American RadioWorks | Hearing is Seeing
Students in Kentucky taking a Common Core math test. (Photo: Emily Hanford)

Greater Expectations

The United States is in the midst of a huge education reform. The Common Core State Standards are a new set of expectations for what students should learn each year in school. The standards have been adopted by most states, though there's plenty of controversy about them among activists and politicians. Most teachers, however, actually like the standards. This American RadioWorks documentary takes listeners into classrooms to explore how the standards are changing teaching and learning. Teachers say Common Core has the potential to help kids who are behind, as well as those who are ahead. But many teachers have big concerns about the Common Core tests. The new, tougher tests are meant to let the nation know how kids are really doing in school -- but bad scores could get teachers and principals fired.

Recent Posts

  • 08.29.14

    Greater Expectations transcript

  • 08.28.14

    A teacher loses faith in the Common Core

    New York teacher Kevin Glynn was once a big fan of the Common Core, but he says the standardized testing that's come along with it is reducing students to test scores and narrowing what gets taught in schools.
  • 08.28.14

    Are you smarter than a Common Core student? Try a Common Core test

    New Common Core tests are supposed to measure students' ability to think critically, analyze information, and cite evidence as well as test their conceptual understanding of mathematics and their ability to apply math to the real world. See how you'd do on a Common Core test.
  • 08.28.14

    Questioning the Common Core tests

    In the United States, education standards come with tests. Most students haven't been tested on the Common Core yet. But in one state where they have, the controversy is so intense that it's threatening to bring down the Common Core altogether.

American RadioWorks | Hearing is Seeing
Students in Kentucky taking a Common Core math test. (Photo: Emily Hanford)

Greater Expectations

The United States is in the midst of a huge education reform. The Common Core State Standards are a new set of expectations for what students should learn each year in school. The standards have been adopted by most states, though there's plenty of controversy about them among activists and politicians. Most teachers, however, actually like the standards. This American RadioWorks documentary takes listeners into classrooms to explore how the standards are changing teaching and learning. Teachers say Common Core has the potential to help kids who are behind, as well as those who are ahead. But many teachers have big concerns about the Common Core tests. The new, tougher tests are meant to let the nation know how kids are really doing in school -- but bad scores could get teachers and principals fired.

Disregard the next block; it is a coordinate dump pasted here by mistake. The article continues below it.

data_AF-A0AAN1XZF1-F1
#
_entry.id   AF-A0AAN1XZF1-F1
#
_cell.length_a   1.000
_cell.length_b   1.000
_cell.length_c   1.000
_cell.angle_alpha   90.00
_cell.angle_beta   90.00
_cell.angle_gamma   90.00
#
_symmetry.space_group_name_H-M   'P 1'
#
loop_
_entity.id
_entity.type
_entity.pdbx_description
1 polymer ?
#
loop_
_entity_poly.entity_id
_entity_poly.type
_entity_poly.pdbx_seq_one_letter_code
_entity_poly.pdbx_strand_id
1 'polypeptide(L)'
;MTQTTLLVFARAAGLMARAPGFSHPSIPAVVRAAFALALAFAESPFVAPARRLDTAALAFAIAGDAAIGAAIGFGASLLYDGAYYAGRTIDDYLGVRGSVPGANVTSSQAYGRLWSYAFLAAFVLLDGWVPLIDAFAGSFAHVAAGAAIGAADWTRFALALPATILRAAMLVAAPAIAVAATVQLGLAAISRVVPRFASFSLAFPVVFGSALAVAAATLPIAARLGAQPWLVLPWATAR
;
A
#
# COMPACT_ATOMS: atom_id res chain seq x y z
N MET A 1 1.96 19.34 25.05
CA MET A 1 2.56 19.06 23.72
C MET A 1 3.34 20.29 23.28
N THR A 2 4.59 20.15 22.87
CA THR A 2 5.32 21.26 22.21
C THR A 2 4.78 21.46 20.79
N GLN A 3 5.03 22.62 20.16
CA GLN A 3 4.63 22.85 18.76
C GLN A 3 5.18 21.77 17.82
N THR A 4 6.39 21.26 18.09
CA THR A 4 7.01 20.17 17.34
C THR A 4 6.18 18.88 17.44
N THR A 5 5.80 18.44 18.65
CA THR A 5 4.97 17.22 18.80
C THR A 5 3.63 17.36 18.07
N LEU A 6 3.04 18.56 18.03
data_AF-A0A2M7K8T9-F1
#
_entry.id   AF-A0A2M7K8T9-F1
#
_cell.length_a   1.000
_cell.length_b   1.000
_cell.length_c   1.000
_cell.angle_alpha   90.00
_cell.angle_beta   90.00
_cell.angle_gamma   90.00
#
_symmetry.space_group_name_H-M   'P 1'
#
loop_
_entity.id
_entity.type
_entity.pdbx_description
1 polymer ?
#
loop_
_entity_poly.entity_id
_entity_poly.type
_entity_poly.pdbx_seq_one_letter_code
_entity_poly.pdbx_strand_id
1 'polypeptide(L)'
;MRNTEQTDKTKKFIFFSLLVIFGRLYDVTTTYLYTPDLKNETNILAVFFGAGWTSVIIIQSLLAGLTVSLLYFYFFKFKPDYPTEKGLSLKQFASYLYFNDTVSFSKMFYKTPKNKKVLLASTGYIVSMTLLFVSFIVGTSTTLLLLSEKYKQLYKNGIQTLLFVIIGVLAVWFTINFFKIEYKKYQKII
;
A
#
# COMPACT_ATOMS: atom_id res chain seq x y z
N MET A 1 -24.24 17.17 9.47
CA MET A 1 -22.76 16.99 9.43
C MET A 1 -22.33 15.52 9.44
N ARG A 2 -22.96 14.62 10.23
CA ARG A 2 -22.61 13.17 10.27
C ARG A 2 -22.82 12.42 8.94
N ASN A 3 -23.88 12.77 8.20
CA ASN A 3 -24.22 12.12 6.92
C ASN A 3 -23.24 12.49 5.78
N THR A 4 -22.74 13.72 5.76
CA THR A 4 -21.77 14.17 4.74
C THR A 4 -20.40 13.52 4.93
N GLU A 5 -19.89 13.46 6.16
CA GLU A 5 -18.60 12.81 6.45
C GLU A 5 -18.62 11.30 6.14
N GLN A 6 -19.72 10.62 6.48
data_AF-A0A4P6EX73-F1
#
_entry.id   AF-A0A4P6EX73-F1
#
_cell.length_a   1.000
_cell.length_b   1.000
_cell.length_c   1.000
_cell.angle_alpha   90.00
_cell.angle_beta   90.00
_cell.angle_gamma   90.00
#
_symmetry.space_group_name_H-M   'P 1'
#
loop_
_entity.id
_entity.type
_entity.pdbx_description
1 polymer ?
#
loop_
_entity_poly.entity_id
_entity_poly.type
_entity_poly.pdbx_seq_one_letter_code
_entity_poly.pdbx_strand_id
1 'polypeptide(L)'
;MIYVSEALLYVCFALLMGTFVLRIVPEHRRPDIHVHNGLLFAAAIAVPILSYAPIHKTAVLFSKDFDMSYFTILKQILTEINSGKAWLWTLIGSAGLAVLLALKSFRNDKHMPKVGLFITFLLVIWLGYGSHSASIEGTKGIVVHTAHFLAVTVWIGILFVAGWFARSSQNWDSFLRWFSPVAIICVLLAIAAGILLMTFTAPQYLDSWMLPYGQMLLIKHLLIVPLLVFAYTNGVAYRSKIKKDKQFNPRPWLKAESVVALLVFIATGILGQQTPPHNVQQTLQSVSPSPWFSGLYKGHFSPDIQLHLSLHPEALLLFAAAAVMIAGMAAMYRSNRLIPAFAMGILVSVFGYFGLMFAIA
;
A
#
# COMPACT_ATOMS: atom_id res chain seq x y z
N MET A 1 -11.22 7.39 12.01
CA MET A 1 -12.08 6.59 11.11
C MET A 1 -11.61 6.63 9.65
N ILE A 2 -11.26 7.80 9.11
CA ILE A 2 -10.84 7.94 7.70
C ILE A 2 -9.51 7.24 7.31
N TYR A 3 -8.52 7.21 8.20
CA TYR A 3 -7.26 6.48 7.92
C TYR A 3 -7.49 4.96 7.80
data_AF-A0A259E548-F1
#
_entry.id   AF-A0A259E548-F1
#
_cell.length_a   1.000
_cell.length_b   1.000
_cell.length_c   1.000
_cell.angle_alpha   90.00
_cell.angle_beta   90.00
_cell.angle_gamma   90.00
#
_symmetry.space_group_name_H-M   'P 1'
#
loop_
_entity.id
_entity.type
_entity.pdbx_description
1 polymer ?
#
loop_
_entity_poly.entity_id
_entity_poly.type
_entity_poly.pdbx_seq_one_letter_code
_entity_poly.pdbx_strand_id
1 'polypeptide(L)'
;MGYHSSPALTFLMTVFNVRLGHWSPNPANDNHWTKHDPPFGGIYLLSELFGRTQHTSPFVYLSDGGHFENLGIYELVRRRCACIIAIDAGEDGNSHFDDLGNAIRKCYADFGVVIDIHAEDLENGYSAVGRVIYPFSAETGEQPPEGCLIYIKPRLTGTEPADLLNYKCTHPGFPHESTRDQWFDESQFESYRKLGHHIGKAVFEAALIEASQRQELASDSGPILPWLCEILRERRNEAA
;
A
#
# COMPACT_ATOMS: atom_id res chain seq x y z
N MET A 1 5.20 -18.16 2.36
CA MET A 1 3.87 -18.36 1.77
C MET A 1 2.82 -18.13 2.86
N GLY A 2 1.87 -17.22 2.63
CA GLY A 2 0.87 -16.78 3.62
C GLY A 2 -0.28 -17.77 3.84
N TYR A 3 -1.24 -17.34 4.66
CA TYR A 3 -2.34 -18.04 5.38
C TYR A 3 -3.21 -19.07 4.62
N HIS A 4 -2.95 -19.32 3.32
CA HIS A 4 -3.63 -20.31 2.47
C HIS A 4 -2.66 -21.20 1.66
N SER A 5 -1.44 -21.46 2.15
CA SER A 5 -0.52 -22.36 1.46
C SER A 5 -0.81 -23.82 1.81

Recent Posts

  • 08.29.14

    Greater Expectations transcript

  • 08.28.14

    A teacher loses faith in the Common Core

    New York teacher Kevin Glynn was once a big fan of the Common Core, but he says the standardized testing that's come along with it is reducing students to test scores and narrowing what gets taught in schools.
  • 08.28.14

    Are you smarter than a Common Core student? Try a Common Core test

    New Common Core tests are supposed to measure students' ability to think critically, analyze information, and cite evidence as well as test their conceptual understanding of mathematics and their ability to apply math to the real world. See how you'd do on a Common Core test.
  • 08.28.14

    Questioning the Common Core tests

    In the United States, education standards come with tests. Most students haven't been tested on the Common Core yet. But in one state where they have, the controversy is so intense that it's threatening to bring down the Common Core altogether.

Back to The Data

Trips sponsored by

AT&T Corporation


Total cost of 20 trips: $25,421.97


Traveler: Rudy Brioche (from the office of Frank Lautenberg)
Destination: BEDMINSTER, NEW JERSEY
Purpose: TRIP TO AT&T GLOBAL NETWORK OPERATIONS CENTER
Date: Jun 29, 2000
Expense: $705.45
source

Traveler: Andrew Givens (from the office of Ted Stevens)
Destination: MIDDLETOWN, NEW JERSEY; NEW YORK, NEW YORK; BEDMINSTER, NEW JERSEY
Purpose: AT&T CONGRESSIONAL STAFF TRIP TO TOUR AT&T LABS AND NETWORK OPERATIONS CENTER AND ASSOCIATED BRIEFINGS
Date: Jan 25, 2001 (1 day)
Expense: $590.00
source

Traveler: Lisa Sutherland (from the office of Ted Stevens)
Destination: MIDDLETOWN, NEW JERSEY; NEW YORK, NEW YORK; AND BEDMINSTER, N.J.
Purpose: AT&T CONGRESSIONAL STAFF TRIP TO TOUR AT&T LABS AND NETWORK OPERATIONS CENTER AND ASSOCIATED BRIEFINGS
Date: Jan 25, 2001 (1 day)
Expense: $590.00
source

Traveler: Steven Wall (from the office of Trent Lott)
Destination: MIDDLETOWN NJ, NEW YORK NY, BEDMINSTER NJ
Purpose: FACT-FINDING TRIP: VISIT AND TOUR AT&T LABS AND GLOBAL NETWORK OPERATIONS CENTER
Date: Jan 25, 2001 (1 day)
Expense: $520.00
source

Traveler: Bryan Jacobs (from the office of Barbara Cubin)